North Carolina Flood Insurance: Complete Guide for Homeowners in 2021 

Amy Beardsley
Written by
Amy Beardsley
Photo of an Insurify author
Written by
Amy Beardsley
Insurance Writer
Amy is a personal finance and technology writer. With a background in the legal field and a bachelor's degree from Ferris State University, she has a talent for transforming complex topics into content that’s easy to understand. Connect with Amy on LinkedIn.
John Leach
Edited by
John Leach
Photo of an Insurify author
Edited by
John Leach
Insurance Content Editor at Insurify
John Leach is an insurance content editor who has worked in print and online. He has years of experience in car and home insurance and strives to make these topics easy to understand for everyone. He has a linguistics degree from UC Santa Barbara.

Updated August 10, 2021

Reading time: 4 minutes

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Why you can trust Insurify

Insurify is America's highest-rated insurance comparison platform. We partner with the nation's top insurance companies and are licensed as an agent in all 50 states. However, the insurance experts writing our content operate independently of our partners, and you can learn more about how we make money by viewing our advertising disclosures. Also check out reviews from over 3,000 satisfied customers, our data methodology, and our editorial standards.

Should I get flood insurance in North Carolina?

Buying North Carolina flood insurance could save you from a devastating loss, and South Carolina flood insurance policies are among the most affordable in the country.

North Carolina is home to 322 miles of ocean shoreline, with incredible beaches and scenery. It can make homeowners feel like they’re on vacation every day. But it’s also the third most hurricane-prone state in the U.S.

Flooding often accompanies hurricanes, and any home in the state could be at risk. However, your homeowners insurance policy won’t cover flooding.

Fortunately, flood insurance options are available. Some insurers allow you to add flood coverage as an endorsement to your existing homeowners policy. Shop and compare homeowners policies with Insurify to get the coverage you need at a price you can afford.

Do I Need Flood Insurance in North Carolina?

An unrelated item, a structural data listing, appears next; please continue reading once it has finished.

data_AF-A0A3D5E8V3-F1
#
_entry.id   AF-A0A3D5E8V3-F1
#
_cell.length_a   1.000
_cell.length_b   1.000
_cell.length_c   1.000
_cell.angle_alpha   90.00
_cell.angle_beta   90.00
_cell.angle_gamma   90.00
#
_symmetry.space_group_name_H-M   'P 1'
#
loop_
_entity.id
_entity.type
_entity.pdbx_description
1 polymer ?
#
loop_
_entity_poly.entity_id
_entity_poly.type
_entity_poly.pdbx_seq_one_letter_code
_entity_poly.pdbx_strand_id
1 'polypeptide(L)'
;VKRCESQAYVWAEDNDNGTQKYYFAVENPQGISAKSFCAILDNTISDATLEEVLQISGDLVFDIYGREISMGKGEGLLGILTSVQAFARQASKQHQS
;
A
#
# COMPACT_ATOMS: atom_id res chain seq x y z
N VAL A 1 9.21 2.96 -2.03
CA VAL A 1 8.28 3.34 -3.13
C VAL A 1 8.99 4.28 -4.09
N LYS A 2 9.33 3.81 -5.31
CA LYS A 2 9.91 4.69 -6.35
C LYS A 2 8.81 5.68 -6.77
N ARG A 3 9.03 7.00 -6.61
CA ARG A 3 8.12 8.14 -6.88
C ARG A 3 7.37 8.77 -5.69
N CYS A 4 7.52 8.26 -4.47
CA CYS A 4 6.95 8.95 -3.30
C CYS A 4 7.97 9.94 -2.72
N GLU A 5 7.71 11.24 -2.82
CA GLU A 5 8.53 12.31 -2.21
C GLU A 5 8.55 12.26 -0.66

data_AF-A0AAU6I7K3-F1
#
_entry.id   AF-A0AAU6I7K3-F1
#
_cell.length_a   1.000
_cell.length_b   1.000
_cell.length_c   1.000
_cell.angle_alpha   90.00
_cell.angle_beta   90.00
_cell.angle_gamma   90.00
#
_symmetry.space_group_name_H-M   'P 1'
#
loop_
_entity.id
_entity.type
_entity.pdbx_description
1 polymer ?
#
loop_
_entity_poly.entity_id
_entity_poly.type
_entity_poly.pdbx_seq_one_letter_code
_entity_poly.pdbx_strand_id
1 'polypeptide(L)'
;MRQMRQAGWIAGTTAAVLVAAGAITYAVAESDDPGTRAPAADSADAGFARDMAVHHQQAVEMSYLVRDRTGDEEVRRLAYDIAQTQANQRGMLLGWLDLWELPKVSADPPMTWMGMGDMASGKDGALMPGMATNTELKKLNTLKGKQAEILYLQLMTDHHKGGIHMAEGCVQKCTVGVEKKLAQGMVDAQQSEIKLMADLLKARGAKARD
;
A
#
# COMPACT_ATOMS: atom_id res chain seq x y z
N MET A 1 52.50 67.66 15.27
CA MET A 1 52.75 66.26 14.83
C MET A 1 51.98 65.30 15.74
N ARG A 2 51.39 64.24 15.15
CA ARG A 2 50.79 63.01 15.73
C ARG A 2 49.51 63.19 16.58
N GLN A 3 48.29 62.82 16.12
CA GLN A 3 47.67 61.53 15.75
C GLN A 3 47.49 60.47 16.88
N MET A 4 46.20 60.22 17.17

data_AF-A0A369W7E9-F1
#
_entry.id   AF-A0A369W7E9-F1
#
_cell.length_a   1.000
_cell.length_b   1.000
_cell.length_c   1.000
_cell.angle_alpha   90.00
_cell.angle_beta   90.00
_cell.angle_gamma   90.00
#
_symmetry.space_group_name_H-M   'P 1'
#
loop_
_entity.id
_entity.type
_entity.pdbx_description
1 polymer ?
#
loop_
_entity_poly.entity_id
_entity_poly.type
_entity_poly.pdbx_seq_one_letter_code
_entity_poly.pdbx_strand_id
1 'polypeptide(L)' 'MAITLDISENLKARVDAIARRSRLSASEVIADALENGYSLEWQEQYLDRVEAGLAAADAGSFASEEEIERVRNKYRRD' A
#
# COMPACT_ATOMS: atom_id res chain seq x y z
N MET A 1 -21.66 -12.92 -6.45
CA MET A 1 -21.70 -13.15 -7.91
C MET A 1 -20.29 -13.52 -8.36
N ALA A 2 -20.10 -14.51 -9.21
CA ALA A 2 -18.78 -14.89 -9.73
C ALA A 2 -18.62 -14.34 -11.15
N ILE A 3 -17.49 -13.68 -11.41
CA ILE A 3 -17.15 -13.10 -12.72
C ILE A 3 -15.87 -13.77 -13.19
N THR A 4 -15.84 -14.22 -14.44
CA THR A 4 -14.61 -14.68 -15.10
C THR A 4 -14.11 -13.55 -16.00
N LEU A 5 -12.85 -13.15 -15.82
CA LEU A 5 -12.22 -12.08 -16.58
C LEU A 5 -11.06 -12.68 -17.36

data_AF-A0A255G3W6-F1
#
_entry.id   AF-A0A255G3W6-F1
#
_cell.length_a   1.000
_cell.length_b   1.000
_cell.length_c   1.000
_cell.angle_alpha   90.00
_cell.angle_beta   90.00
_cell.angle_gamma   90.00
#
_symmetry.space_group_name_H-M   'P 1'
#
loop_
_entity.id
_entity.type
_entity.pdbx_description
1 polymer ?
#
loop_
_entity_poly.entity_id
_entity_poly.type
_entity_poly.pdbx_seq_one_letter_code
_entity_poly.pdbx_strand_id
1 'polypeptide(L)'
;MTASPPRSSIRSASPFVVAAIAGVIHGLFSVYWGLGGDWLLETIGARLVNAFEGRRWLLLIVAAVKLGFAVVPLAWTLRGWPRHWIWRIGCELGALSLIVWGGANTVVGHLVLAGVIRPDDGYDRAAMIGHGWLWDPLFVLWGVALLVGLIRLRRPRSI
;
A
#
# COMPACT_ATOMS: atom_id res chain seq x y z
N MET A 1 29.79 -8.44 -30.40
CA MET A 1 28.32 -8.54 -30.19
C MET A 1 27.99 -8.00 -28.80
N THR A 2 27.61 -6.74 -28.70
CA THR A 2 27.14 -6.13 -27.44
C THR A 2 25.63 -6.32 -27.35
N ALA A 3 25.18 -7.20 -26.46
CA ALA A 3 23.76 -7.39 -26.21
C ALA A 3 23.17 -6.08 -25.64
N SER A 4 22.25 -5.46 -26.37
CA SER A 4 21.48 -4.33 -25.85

Typically, North Carolina property owners aren’t required to buy flood insurance. But there is one exception: if FEMA ( Federal Emergency Management Agency ) determines your home is in a high-risk flood zone, your mortgage lender may require you to carry it.

However, according to FEMA, you may want to have flood insurance even if your home isn’t in a flood-prone area. About 25 percent of all flood insurance claims are from areas with low risk to moderate risk.

If you don’t have flood insurance, you may have options to get help from nonprofit organizations or local aid.

North Carolina Flood Zones

An area’s likelihood of flooding determines flood zones. The North Carolina Flood Risk Information System (FRIS) has an interactive map to help you determine if your home is in a flood zone.

You can compare flood insurance rate maps to determine if you’re in a Special Flood Hazard Area. According to the North Carolina Floodplain Mapping program, state flood zones are as follows:

  • Zone A is a flood area without a Base Flood Elevation (BFE). It generally has a 1 percent chance of annual flooding.

  • Zone X, if shaded on the map, is a low-risk area with 0.2 percent annual chance of flooding. It was formerly known as Zone B. Unshaded areas in Zone X (formerly Zone C) is also low-risk.

  • Zone AE has a 1 percent annual chance of flooding. It was formerly Zones A1 to A30.

What’s Covered with North Carolina Flood Insurance?

Flood insurance covers two types of property: physical property (the structure of the home) and personal property (your personal belongings). Here’s the breakdown:

Property

  • The house and its foundation

  • Systems, including electrical, plumbing, A/C, furnace, and water heaters

  • Appliances, such as your stove, refrigerator, oven, microwave, and dishwasher

  • Flooring and permanently installed carpeting

  • Permanently installed shelving and cabinets

  • Window blinds

Personal Property

  • Furniture

  • Window treatments that aren’t blinds

  • Clothing

  • Non-permanent carpeting

  • Non-permanent systems, like portable A/C units

  • Additional freezers

  • Antiques and other valuables up to a certain dollar amount

Your coverage depends on your policy. Read the fine print or contact your agent before you face flood damage so that you understand your coverages and policy limits.